Objective: To assess the frequency of additional care, and parents' perceptions of quality, respectful care, in pregnancies subsequent to stillbirth. Design: Multi-language web-based survey. Setting: International. Population: A total of 2716 parents, from 40 high- and middle-income countries. Methods: Data were obtained from a broader survey of parents' experiences following stillbirth. Data were analysed using descriptive statistics and stratified by geographic region. Subgroup analyses explored variation in additional care by gestational age at index stillbirth. Main outcome measures: Frequency of additional care, and perceptions of quality, respectful care. Results: The majority (66%) of parents conceived their subsequent pregnancy within 1 year of stillbirth. Additional antenatal care visits and ultrasound scans were provided for 67% and 70% of all parents, respectively, although there was wide variation across geographic regions. Care addressing psychosocial needs was less frequently provided, such as additional visits to a bereavement counsellor (10%) and access to named care provider's phone number (27%). Compared with parents whose stillbirth occurred at ≤ 29 weeks of gestation, parents whose stillbirth occurred at ≥ 30 weeks of gestation were more likely to receive various forms of additional care, particularly the option for early delivery after 37 weeks. Around half (47–63%) of all parents felt that elements of quality, respectful care were consistently applied, such as spending enough time with parents and involving parents in decision-making. Conclusions: Greater attention is required to providing thoughtful, empathic and collaborative care in all pregnancies following stillbirth. Specific education and training for health professionals is needed. Tweetable abstract: More support for providing quality care in pregnancies after stillbirth is needed. Plain Language Summary: Study rationale and design More than two million babies are stillborn every year. Most parents will conceive again soon after having a stillborn baby. These parents are more likely to have another stillborn baby in the next pregnancy than parents who have not had a stillborn baby before. The next pregnancy after stillbirth is often an extremely anxious time for parents, as they worry about whether their baby will survive. In this study we asked 2716 parents from 40 countries about the care they received during their first pregnancy after stillbirth. Parents were recruited mainly through the International Stillbirth Alliance and completed on online survey that was available in six languages. Findings Parents often had extra antenatal visits and extra ultrasound scans in the next pregnancy, but they rarely had extra emotional support. Also, many parents felt their care providers did not always listen to them and spend enough time with them, involve them in decisions, and take their concerns seriously. Parents were more likely to receive various forms of extra care in the next pregnancy if their baby had died later in pregnancy compared to earlier in pregnancy. Limitations In this study we only have information from parents who were able and willing to complete an online survey. Most of the parents were involved in charity and support groups and most parents lived in developed countries. We do not know how well the findings relate to other parents. Finally, our study does not include parents who may have tried for another pregnancy but were not able to conceive. Potential impact This study can help to improve care through the development of best practice guidelines for pregnancies following stillbirth. The results suggest that parents need better emotional support in these pregnancies, and more opportunities to participate actively in decisions about care. Extra support should be available no matter how far along in pregnancy the previous stillborn baby died.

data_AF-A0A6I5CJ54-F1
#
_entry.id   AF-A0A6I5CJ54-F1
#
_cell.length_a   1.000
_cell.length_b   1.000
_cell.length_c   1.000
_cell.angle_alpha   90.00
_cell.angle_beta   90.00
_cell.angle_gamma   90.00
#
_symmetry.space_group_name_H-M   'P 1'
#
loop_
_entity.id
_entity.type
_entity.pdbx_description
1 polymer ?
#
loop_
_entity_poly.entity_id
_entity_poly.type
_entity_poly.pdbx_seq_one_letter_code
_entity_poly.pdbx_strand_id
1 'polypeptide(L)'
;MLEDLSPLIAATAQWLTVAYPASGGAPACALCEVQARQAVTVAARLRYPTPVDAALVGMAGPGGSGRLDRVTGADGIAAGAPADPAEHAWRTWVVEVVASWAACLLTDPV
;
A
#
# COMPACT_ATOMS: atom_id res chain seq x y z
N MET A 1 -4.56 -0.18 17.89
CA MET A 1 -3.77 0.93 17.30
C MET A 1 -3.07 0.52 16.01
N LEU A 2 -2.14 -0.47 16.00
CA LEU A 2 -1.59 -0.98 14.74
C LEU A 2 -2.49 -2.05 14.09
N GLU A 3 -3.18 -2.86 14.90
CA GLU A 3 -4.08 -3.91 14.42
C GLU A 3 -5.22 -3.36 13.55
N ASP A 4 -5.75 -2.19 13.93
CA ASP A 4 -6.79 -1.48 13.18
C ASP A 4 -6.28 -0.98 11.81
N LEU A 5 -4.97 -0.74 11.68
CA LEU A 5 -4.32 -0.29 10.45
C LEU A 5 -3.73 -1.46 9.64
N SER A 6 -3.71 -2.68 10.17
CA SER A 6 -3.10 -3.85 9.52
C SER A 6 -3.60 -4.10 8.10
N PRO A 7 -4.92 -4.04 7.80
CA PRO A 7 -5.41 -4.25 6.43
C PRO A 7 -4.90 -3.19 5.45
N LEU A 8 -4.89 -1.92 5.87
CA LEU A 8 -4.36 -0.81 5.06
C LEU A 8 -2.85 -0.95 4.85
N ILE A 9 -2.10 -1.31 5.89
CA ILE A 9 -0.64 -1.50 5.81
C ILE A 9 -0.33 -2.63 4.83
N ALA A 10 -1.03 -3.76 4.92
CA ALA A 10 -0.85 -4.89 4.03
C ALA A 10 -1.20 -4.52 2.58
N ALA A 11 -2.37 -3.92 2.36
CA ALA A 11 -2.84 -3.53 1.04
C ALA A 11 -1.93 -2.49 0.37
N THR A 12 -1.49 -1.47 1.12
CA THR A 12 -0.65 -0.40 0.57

|Number of pages||9|
|Journal||BJOG: An International Journal of Obstetrics and Gynaecology|
|Publication status||Published - Jan 2018|
- subsequent pregnancy
ASJC Scopus subject areas
- Obstetrics and Gynaecology